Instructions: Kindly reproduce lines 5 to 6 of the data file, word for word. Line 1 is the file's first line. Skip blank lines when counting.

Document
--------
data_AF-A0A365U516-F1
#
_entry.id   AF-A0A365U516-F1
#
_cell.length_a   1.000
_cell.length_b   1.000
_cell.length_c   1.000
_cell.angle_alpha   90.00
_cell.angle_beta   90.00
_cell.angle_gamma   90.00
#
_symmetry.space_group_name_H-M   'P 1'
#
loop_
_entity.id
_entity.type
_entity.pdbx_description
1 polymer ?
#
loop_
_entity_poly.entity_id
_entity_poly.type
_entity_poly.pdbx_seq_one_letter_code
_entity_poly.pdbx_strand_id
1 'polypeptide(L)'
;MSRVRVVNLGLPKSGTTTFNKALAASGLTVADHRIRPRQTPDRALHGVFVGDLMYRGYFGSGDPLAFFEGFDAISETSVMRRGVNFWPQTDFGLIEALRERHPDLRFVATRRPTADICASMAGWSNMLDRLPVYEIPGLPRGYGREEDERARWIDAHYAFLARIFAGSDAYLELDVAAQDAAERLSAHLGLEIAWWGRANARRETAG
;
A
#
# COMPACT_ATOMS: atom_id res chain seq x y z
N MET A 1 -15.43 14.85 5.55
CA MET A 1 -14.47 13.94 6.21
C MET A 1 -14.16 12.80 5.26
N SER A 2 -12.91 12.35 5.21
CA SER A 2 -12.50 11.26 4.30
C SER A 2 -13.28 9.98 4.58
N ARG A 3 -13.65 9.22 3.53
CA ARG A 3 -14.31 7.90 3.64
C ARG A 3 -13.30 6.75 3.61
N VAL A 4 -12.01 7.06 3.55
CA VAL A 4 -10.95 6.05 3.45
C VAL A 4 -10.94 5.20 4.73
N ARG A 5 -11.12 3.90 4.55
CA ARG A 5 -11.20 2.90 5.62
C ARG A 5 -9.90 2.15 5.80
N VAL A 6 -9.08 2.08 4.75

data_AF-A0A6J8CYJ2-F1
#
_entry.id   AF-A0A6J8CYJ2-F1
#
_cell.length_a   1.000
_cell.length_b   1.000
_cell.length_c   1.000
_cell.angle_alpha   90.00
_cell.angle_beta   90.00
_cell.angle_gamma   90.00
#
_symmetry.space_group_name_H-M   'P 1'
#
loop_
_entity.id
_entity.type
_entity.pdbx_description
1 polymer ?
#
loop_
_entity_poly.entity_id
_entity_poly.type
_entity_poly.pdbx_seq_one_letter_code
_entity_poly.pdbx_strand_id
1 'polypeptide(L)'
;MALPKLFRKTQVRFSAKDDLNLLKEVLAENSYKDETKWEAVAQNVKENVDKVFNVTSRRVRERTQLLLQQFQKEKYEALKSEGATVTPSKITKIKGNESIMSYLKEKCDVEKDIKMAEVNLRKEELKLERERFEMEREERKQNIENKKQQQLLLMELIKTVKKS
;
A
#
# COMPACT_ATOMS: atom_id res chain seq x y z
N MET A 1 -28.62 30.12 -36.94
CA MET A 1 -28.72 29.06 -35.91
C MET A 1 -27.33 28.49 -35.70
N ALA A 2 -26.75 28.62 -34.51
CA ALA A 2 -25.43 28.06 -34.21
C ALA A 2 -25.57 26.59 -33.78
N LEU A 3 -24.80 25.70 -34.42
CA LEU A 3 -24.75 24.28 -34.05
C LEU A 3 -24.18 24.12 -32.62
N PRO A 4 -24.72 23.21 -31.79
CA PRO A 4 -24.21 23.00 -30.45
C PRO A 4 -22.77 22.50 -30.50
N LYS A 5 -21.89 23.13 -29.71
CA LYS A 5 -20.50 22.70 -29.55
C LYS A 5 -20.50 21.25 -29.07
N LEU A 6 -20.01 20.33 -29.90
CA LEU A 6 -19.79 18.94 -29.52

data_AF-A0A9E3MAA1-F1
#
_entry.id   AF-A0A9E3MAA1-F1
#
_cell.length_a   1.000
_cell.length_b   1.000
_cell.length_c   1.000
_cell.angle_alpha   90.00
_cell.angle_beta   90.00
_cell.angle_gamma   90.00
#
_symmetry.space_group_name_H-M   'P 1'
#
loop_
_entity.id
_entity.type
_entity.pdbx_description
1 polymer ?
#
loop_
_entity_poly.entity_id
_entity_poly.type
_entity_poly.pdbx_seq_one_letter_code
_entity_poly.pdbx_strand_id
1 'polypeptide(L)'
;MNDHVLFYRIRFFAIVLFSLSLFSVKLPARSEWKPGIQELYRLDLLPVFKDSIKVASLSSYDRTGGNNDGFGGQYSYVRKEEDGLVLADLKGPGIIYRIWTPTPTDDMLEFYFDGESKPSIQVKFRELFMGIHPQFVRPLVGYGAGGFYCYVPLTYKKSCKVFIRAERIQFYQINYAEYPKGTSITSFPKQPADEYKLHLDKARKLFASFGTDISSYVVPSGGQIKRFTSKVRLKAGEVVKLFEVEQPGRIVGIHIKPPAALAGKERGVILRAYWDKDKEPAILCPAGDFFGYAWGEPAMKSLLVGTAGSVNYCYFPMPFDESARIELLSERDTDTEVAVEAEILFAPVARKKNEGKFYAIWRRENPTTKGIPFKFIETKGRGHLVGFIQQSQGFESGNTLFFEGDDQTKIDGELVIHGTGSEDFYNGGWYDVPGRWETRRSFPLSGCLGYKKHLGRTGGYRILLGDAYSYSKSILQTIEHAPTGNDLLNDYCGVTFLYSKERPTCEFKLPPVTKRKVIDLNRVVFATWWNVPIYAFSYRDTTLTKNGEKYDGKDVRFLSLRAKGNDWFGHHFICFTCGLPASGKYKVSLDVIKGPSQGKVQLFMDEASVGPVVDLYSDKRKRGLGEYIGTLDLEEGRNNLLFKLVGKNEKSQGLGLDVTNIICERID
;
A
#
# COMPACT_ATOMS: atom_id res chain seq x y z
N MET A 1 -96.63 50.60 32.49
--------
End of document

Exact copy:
_cell.length_a   1.000
_cell.length_b   1.000